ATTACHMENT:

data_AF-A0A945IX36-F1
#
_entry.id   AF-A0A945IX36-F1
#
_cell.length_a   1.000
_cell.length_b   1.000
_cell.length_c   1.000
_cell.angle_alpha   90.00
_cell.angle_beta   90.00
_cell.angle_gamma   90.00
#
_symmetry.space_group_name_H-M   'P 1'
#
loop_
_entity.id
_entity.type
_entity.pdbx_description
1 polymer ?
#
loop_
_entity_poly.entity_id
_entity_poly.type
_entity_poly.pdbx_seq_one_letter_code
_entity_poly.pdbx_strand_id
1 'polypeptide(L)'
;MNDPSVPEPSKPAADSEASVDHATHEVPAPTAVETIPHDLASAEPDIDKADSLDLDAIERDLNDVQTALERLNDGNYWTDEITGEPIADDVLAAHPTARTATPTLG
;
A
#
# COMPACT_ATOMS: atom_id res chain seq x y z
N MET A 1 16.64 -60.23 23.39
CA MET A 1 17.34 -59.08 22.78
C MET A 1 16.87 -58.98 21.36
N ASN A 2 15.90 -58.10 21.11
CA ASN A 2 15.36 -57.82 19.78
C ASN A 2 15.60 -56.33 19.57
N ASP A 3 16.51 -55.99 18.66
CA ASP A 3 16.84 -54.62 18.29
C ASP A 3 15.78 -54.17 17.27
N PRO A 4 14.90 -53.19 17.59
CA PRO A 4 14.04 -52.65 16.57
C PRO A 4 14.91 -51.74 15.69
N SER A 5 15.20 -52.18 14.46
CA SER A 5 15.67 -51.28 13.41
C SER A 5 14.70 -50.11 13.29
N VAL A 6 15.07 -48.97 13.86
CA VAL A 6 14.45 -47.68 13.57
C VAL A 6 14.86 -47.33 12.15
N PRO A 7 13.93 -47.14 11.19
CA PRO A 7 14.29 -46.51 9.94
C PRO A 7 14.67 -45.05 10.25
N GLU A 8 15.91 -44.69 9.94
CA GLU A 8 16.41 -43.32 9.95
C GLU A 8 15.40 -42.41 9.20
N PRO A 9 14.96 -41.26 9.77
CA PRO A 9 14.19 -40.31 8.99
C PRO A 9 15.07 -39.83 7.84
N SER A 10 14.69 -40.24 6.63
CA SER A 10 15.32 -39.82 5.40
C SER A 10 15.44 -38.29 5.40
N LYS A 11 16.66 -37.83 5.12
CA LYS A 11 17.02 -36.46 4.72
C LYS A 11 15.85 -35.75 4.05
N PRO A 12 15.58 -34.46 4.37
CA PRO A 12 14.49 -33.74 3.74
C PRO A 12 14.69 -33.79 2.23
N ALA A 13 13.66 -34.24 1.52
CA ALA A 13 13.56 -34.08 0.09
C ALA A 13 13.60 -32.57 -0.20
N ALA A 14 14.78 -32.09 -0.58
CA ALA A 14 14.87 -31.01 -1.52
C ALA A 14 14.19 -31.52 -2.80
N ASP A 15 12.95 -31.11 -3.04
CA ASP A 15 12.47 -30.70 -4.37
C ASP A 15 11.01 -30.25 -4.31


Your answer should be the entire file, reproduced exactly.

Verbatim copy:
data_AF-A0A945IX36-F1
#
_entry.id   AF-A0A945IX36-F1
#
_cell.length_a   1.000
_cell.length_b   1.000
_cell.length_c   1.000
_cell.angle_alpha   90.00
_cell.angle_beta   90.00
_cell.angle_gamma   90.00
#
_symmetry.space_group_name_H-M   'P 1'
#
loop_
_entity.id
_entity.type
_entity.pdbx_description
1 polymer ?
#
loop_
_entity_poly.entity_id
_entity_poly.type
_entity_poly.pdbx_seq_one_letter_code
_entity_poly.pdbx_strand_id
1 'polypeptide(L)'
;MNDPSVPEPSKPAADSEASVDHATHEVPAPTAVETIPHDLASAEPDIDKADSLDLDAIERDLNDVQTALERLNDGNYWTDEITGEPIADDVLAAHPTARTATPTLG
;
A
#
# COMPACT_ATOMS: atom_id res chain seq x y z
N MET A 1 16.64 -60.23 23.39
CA MET A 1 17.34 -59.08 22.78
C MET A 1 16.87 -58.98 21.36
N ASN A 2 15.90 -58.10 21.11
CA ASN A 2 15.36 -57.82 19.78
C ASN A 2 15.60 -56.33 19.57
N ASP A 3 16.51 -55.99 18.66
CA ASP A 3 16.84 -54.62 18.29
C ASP A 3 15.78 -54.17 17.27
N PRO A 4 14.90 -53.19 17.59
CA PRO A 4 14.04 -52.65 16.57
C PRO A 4 14.91 -51.74 15.69
N SER A 5 15.20 -52.18 14.46
CA SER A 5 15.67 -51.28 13.41
C SER A 5 14.70 -50.11 13.29
N VAL A 6 15.07 -48.97 13.86
CA VAL A 6 14.45 -47.68 13.57
C VAL A 6 14.86 -47.33 12.15
N PRO A 7 13.93 -47.14 11.19
CA PRO A 7 14.29 -46.51 9.94
C PRO A 7 14.67 -45.05 10.25
N GLU A 8 15.91 -44.69 9.94
CA GLU A 8 16.41 -43.32 9.95
C GLU A 8 15.40 -42.41 9.20
N PRO A 9 14.96 -41.26 9.77
CA PRO A 9 14.19 -40.31 8.99
C PRO A 9 15.07 -39.83 7.84
N SER A 10 14.69 -40.24 6.63
CA SER A 10 15.32 -39.82 5.40
C SER A 10 15.44 -38.29 5.40
N LYS A 11 16.66 -37.83 5.12
CA LYS A 11 17.02 -36.46 4.72
C LYS A 11 15.85 -35.75 4.05
N PRO A 12 15.58 -34.46 4.37
CA PRO A 12 14.49 -33.74 3.74
C PRO A 12 14.69 -33.79 2.23
N ALA A 13 13.66 -34.24 1.52
CA ALA A 13 13.56 -34.08 0.09
C ALA A 13 13.60 -32.57 -0.20
N ALA A 14 14.78 -32.09 -0.58
CA ALA A 14 14.87 -31.01 -1.52
C ALA A 14 14.19 -31.52 -2.80
N ASP A 15 12.95 -31.11 -3.04
CA ASP A 15 12.47 -30.70 -4.37
C ASP A 15 11.01 -30.25 -4.31